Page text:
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Stage report: Romeo and Juliet (Hartford Stage)

Your Humble Blogger was fortunate enough to have a chance to see The Hartford Stage’s production of Romeo and Juliet this past weekend. As always, I enjoy watching Shakespeare productions in part to disagree with the choices. There is always something to disagree with; there is almost always something surprising that I like. Shakespeare, eh?

This production, if you follow the linky thing, proclaims that it was inspired by the Italian neorealist cinema, which I know only a tiny bit about. It worked—within the framework I talked about in 2010 it’s a Something to Do concept, not a Brilliant Idea, but you gotta have Something to Do, don’t you? The cast looked good in their postwar outfits, and there was an excuse to strip Mercutio down to bathing trunks, so that was all right. Unfortunately, as a Darko Trejniak production, I went in with very high expectations for the visuals, and was disappointed. There were a few lovely moments, but the center of the stage was taken up with a sort of marble elevator that raised and lowered for no narrative reason, and I hated it. The balcony in the tomb was also problematic thematically (as was a gate with a padlock that Romeo broke, while Paris and his linkboy came in through the vom, so there was clearly some other unguarded entrance somewhere, but fine) and I disliked the noise of people tramping through the gravel pit. Also, the actual neorealist cinema was not just realist stylistically but in subject matter (that is, it focused on the ordinary lives of ordinary people, not the grand feuds of the one percent) so it felt to me at odds with R&J on that level.

Still, having all the action of the play overseen by a massive tomb wall was a nice touch, and I absolutely loved Mercutio on a bike. Mercutio on a bike! In fact, that was probably the best part of the whole thing: in his first scene, he circles round and round the stage, irritating his buddies with his restless energy. At his last moments, trying desperately to mount his bike and ride off, irritably pushing his buddies away with a plague! and then coughing up blood and collapsing in a crash, all very very good indeed. And there were some lovely, lovely bits with the lights, particularly when Romeo’s gang are prowling at night and, as they pointed their flashlights at each other, the focus of their attention was suddenly illuminated. I can’t imagine that was all done with the flashlights themselves, but whatever supplemental light came from the big lenses was unobtrusive, so the impression was that it was all thrown from the onstage actors’ torches. And then play with shadows during Queen Mab… really, the lighting was extraordinary, as far as I’m concerned. The sound design, with incidental music underscoring individual moments and one utterly perplexing scene of offstage conversation piped through the speakers, was not.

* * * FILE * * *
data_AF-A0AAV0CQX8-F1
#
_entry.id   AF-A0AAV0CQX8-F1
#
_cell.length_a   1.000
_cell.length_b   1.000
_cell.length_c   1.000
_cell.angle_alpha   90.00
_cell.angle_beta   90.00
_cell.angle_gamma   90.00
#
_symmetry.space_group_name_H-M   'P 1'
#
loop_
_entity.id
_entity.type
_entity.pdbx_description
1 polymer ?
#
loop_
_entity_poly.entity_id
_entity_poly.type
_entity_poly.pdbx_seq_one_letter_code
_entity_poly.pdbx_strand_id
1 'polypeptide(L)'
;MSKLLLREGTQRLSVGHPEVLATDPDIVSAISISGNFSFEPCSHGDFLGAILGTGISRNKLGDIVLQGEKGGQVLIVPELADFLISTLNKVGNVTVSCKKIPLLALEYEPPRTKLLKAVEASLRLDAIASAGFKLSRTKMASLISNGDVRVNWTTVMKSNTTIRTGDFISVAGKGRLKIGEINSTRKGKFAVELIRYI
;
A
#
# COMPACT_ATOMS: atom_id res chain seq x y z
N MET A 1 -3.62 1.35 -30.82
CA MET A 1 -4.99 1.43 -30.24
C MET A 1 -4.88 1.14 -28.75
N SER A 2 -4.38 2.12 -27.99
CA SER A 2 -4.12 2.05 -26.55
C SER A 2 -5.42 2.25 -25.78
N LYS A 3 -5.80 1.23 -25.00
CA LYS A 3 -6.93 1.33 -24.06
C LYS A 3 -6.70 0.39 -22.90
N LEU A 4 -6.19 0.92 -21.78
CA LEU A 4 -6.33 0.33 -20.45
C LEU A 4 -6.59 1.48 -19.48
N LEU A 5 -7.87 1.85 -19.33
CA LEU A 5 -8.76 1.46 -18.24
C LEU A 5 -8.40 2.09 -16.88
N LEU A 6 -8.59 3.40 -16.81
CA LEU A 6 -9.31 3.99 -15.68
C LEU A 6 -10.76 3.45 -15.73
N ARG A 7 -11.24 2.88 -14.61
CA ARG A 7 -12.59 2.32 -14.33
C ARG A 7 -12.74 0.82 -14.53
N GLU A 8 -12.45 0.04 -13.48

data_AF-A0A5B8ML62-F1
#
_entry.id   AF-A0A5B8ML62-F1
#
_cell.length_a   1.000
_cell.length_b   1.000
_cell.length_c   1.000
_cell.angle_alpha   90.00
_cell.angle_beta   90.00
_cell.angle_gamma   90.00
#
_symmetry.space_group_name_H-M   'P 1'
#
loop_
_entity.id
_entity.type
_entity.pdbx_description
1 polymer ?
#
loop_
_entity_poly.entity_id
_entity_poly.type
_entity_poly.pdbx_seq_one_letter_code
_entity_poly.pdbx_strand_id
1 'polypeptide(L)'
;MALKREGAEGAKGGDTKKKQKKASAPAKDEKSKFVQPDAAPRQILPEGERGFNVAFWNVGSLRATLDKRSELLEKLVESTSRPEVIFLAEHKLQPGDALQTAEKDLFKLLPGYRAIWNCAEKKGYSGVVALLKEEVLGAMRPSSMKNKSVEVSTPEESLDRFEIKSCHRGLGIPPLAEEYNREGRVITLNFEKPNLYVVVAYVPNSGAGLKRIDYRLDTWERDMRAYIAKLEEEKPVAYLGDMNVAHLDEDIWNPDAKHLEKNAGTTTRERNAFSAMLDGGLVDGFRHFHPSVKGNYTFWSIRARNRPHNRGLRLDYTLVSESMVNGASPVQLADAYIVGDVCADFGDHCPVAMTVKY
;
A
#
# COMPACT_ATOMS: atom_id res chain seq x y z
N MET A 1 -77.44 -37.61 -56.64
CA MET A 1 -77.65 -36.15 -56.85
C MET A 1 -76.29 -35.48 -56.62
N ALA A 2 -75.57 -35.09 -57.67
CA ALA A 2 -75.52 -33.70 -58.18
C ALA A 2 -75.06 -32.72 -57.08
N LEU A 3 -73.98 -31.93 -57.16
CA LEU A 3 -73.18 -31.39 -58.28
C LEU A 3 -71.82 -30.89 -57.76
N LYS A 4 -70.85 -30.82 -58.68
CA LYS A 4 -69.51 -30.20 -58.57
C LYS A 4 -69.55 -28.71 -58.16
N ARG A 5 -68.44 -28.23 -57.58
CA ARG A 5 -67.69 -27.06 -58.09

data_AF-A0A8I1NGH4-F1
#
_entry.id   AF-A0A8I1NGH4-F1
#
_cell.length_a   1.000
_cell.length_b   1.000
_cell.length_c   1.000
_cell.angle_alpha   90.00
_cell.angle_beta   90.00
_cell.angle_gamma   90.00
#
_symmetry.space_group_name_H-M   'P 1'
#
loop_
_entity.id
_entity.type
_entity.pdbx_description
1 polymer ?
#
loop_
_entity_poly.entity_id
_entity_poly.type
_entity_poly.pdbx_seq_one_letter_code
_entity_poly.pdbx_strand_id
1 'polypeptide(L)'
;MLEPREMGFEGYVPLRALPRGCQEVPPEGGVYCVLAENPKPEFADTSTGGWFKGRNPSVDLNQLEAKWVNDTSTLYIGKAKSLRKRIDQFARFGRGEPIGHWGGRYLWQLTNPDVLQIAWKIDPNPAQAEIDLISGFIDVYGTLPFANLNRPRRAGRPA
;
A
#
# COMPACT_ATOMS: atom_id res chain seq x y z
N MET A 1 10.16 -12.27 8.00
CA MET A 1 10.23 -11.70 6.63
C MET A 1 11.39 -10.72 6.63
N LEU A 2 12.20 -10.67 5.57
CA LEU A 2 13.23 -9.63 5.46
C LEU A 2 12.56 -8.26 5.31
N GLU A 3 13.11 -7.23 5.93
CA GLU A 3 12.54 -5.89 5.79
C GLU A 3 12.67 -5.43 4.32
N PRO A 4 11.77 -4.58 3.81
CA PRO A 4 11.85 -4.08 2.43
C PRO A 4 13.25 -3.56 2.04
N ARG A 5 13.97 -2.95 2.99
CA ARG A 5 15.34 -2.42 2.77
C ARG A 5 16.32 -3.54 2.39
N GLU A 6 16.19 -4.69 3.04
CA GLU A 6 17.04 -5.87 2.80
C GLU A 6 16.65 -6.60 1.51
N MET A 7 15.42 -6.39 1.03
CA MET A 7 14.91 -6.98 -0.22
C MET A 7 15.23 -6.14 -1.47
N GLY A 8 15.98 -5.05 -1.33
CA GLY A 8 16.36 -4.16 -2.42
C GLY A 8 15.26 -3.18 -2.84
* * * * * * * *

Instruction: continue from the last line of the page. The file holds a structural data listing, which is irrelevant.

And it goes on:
The real problem with the play (other than that awful marble elevator, I mean) was that the title characters were the least interesting thing onstage. They weren’t bad, in the sense of seeming fake or awkward or ‘stagey’, just not terribly interesting. And, alas, inferior at handling the verse. The actors playing Friar Lawrence and Capulet (Juliet’s father, that is) were really lovely at the verse. The actor playing Capulet was particularly good, appearing natural (or realistic, I suppose) while conveying the sense of some quite difficult lines and keeping the majestic rhythm of the language. Friar Lawrence has to explain the sleeping-potion bit of the plot twice (once beforehand to Juliet, once afterward to the Prince) and kept it interesting both times, which must be a terrible challenge. But their skill with the verse made me realize something about the play that hadn’t occurred to me before: the actors playing Romeo and Juliet have to be persuasively young and yet have the facility with playing verse that comes from long experience. That’s a problem.